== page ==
Citations, to be reserved for repeat offenders, are intended to help maintain pedestrian safety.
Snow-shoveling scofflaws could be on the hot seat this winter in Minneapolis.
Not only does the city plan to get out more quickly to see whether a property owner has complied with an order to shovel, but it's likely to hit repeat violators with a $75 fine.
By city ordinance, walks at single-family and duplex homes must be cleared of ice and snow within 24 hours of the end of a snowfall. For apartments and businesses, the deadline is four daytime hours after snow ends.
Unshoveled walks draw complaints from the disabled and other pedestrians, and were identified as a pressing problem in the city's pedestrian plan. Yet in recent years, more sidewalks are becoming icy obstacle courses as banks repossess homes and their former owners depart. Last winter's bountiful snow meant more for property owners to shovel, and more backlogs for city crews that clear the walks.
Typically, the city acts on complaints. If a walk is unshoveled, an order will be issued. If the order is ignored, a city crew will remove the snow and bill the property owner. City inspectors hope to cut the time before they get out to reinspect those sidewalks from a week to four days, Department of Public Works liaison Brett Hjelle told a City Council committee on Tuesday.
The city encourages people to call 311 to report unshoveled walks this winter, and also to enlist its housing inspectors to report them.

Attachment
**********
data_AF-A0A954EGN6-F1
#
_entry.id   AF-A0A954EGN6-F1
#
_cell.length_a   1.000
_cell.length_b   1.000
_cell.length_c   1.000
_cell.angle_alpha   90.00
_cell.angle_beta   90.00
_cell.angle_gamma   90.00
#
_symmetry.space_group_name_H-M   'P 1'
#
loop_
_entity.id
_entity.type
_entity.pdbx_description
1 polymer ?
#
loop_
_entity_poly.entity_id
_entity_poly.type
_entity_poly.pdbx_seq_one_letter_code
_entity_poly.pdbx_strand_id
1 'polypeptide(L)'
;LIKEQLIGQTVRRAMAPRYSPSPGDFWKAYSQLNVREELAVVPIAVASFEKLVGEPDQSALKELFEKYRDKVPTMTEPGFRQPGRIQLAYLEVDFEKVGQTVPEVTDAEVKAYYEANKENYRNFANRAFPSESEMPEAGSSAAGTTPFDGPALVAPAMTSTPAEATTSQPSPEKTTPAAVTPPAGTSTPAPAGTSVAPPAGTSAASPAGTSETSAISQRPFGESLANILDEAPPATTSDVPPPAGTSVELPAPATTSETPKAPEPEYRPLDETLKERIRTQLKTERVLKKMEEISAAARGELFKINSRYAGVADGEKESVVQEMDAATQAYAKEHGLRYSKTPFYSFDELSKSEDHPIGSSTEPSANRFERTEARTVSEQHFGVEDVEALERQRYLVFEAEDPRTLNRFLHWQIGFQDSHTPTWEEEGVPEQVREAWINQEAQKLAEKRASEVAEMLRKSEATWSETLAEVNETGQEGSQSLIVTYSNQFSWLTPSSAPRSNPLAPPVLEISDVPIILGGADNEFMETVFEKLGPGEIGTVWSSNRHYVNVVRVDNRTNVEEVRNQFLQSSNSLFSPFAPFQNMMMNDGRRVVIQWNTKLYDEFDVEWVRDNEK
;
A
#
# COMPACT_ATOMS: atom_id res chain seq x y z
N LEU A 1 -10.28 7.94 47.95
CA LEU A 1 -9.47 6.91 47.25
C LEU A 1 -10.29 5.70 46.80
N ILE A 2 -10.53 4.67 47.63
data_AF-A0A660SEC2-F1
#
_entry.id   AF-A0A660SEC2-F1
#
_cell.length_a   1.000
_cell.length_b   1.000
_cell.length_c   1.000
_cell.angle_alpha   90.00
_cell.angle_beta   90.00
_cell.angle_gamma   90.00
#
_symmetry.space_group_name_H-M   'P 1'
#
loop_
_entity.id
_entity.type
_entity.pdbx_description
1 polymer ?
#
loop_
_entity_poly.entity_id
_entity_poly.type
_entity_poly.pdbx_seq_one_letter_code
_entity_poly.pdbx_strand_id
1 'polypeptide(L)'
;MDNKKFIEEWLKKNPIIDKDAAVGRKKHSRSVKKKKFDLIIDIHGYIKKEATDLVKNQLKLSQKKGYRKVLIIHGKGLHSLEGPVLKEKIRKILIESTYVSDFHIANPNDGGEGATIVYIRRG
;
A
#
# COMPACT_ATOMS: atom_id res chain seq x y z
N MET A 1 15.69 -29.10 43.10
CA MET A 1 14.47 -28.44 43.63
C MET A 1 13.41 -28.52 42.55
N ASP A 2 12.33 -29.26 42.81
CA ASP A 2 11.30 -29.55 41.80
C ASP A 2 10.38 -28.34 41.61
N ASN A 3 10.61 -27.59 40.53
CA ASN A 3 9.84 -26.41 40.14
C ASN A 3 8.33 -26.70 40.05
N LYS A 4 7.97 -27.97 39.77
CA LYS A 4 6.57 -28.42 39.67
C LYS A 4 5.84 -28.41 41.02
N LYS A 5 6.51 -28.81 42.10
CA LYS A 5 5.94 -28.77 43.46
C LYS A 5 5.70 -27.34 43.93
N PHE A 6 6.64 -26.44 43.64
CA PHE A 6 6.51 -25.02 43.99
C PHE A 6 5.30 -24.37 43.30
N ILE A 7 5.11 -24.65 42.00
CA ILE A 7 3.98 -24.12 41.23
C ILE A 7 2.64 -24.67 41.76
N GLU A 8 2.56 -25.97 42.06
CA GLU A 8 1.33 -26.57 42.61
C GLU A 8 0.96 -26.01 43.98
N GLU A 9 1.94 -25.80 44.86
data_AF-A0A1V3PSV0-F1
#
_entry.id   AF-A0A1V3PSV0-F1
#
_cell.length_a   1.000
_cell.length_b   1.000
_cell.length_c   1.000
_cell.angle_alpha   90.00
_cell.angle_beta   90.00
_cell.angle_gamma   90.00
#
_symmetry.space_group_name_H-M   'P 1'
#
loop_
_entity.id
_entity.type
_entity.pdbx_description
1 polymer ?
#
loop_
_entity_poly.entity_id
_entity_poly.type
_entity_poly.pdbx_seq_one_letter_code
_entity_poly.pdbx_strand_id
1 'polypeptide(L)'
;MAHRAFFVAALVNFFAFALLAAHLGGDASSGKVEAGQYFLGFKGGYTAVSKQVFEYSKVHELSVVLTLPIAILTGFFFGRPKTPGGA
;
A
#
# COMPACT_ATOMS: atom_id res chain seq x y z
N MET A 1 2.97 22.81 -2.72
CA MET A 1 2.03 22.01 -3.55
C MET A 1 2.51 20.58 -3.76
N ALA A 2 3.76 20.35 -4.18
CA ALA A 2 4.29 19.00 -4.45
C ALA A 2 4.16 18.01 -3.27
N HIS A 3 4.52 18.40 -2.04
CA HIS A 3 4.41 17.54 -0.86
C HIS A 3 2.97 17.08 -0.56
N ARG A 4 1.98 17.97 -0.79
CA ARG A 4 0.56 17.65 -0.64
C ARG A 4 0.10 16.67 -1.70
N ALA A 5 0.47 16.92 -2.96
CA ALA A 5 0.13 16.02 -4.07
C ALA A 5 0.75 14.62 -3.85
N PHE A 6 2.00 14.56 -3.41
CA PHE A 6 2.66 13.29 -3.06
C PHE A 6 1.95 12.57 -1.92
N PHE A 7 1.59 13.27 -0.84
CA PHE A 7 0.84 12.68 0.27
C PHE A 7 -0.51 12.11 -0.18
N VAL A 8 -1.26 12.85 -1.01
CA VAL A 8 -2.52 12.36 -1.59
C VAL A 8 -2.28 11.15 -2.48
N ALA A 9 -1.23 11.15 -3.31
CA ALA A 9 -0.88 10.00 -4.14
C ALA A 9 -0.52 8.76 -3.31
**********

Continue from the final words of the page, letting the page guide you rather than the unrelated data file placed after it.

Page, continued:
The city is assessing more than $52,000 in unpaid charges from last winter on next year's property tax bills. But last winter, city crews often were busy with other snow-clearing duties and were delayed in getting to delinquent properties, Hjelle said. So the city will experiment this winter in the Lowry Hill East neighborhood with hiring private crews to clear walks more quickly.
While the city can issue a $103 citation under Hennepin County rules, public works proposed a scaled-down $75 citation.
But Council Member Elizabeth Glidden said use of the proposed citation ought to be limited to chronic offenders. Otherwise, between the bill for clearing snow and the citation, the city would be piling on, she said.
So the panel forwarded the citation proposal to the full council for approval, but wants the department to show how it will limit its use to those with frequent shoveling lapses. It also wants a plan for rapid removal of snow from the sidewalks of vacant and boarded buildings.
Steve Brandt • 612-673-4438